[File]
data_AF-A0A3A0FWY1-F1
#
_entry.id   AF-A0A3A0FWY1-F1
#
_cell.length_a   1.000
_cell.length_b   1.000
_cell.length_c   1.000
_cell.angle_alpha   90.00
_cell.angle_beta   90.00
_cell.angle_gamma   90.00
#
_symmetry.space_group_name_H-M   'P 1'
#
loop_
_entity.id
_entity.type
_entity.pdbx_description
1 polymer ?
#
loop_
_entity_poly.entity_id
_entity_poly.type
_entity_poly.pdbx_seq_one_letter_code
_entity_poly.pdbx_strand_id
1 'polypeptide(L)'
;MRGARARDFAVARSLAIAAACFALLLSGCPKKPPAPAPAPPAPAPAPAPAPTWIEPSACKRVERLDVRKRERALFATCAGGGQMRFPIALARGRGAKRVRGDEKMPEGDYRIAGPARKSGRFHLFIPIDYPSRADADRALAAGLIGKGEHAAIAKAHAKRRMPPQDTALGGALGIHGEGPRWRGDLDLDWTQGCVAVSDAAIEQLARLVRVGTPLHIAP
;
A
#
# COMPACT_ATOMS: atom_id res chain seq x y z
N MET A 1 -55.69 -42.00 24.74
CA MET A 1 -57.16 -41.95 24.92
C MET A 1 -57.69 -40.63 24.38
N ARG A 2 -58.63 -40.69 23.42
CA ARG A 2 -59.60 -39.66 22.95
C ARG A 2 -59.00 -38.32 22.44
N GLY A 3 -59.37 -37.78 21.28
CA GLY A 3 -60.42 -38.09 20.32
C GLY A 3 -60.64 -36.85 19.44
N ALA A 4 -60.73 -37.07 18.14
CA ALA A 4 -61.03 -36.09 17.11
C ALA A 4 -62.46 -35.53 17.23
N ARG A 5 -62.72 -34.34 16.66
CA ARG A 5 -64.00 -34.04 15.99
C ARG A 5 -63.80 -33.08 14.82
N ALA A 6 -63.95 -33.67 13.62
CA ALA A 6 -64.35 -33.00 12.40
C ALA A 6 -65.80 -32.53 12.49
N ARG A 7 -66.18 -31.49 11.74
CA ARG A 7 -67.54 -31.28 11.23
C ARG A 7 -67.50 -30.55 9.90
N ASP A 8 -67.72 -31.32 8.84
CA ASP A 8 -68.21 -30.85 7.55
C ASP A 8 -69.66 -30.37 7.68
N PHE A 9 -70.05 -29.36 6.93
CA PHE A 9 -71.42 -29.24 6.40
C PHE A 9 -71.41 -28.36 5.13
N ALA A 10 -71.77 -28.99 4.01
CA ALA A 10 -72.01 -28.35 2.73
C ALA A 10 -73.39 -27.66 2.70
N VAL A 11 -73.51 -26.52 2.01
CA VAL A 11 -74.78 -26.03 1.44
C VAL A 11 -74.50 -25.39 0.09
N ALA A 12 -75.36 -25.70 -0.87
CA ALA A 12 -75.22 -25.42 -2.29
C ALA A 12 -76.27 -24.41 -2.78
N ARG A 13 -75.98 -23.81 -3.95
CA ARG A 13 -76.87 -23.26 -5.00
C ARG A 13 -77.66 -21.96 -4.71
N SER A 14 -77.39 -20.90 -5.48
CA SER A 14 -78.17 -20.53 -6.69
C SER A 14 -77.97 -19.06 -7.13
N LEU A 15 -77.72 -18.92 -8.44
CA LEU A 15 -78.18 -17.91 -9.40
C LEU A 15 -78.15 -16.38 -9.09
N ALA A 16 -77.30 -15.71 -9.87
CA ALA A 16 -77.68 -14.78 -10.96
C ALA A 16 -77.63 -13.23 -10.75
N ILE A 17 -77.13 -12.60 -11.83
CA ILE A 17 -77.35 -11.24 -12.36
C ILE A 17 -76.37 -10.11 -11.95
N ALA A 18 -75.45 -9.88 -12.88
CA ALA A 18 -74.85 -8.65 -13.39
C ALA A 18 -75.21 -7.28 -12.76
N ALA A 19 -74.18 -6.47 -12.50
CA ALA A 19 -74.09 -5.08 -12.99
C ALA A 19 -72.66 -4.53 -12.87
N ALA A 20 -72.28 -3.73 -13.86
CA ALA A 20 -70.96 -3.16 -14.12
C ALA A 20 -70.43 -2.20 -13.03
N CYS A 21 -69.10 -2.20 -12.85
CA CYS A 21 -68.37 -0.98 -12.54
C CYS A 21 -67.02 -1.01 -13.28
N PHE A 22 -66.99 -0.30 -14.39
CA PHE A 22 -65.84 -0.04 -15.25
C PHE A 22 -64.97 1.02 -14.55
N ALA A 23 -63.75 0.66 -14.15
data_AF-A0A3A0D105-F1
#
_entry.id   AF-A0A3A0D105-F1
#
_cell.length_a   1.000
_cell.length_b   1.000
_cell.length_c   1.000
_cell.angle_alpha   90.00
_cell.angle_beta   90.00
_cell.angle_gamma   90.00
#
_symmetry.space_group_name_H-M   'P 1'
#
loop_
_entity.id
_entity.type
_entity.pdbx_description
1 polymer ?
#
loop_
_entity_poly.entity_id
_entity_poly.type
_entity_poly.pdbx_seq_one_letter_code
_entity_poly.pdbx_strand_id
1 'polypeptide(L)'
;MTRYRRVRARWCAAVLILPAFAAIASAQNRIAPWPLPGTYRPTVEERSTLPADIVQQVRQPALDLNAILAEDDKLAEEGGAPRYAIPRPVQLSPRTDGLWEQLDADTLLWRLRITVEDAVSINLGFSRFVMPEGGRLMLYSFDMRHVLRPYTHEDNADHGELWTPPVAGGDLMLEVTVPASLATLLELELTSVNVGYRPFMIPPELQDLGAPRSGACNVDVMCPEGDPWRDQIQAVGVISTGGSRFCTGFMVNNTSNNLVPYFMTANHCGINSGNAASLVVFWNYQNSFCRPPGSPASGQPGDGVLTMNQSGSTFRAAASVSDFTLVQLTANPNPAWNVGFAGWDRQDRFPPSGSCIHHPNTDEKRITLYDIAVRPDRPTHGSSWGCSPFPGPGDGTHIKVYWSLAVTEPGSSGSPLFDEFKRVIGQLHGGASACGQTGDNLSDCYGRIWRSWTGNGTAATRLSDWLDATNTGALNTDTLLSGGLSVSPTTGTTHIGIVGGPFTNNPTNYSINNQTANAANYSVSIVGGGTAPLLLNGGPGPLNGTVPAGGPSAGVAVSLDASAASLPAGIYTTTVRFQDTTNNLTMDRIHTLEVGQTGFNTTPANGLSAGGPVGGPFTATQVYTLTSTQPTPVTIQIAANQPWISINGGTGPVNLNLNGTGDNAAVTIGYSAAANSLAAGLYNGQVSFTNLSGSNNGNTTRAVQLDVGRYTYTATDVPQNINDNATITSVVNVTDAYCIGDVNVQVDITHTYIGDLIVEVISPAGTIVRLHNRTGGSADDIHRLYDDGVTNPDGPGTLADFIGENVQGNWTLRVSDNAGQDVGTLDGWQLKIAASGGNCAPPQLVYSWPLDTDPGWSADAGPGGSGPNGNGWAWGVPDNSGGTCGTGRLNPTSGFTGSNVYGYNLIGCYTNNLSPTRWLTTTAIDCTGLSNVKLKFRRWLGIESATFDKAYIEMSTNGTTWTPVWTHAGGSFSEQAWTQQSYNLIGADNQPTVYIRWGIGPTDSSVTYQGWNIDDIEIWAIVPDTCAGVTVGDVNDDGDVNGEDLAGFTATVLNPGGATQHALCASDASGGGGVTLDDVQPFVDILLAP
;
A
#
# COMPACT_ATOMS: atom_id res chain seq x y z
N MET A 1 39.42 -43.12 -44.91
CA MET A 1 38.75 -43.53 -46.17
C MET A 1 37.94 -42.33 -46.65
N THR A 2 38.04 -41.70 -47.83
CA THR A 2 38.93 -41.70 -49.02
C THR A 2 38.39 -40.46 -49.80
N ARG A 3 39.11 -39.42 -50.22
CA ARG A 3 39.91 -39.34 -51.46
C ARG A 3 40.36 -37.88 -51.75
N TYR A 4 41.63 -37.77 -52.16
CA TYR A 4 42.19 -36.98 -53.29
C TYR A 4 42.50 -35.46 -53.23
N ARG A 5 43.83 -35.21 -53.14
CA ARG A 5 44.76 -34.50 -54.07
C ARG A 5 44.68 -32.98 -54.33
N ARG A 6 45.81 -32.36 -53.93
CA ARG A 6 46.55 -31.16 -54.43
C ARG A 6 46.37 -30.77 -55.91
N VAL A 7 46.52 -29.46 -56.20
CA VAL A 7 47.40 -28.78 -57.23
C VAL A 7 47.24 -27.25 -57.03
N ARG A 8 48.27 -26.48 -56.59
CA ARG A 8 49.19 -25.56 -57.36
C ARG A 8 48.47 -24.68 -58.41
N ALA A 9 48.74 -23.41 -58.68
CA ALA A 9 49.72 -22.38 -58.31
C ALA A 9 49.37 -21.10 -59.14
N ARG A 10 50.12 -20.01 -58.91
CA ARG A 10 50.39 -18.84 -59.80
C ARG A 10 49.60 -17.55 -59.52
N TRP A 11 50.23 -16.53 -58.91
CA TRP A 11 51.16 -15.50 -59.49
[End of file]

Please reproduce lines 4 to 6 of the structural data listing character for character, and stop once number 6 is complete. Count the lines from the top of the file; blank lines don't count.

#
_cell.length_a   1.000
_cell.length_b   1.000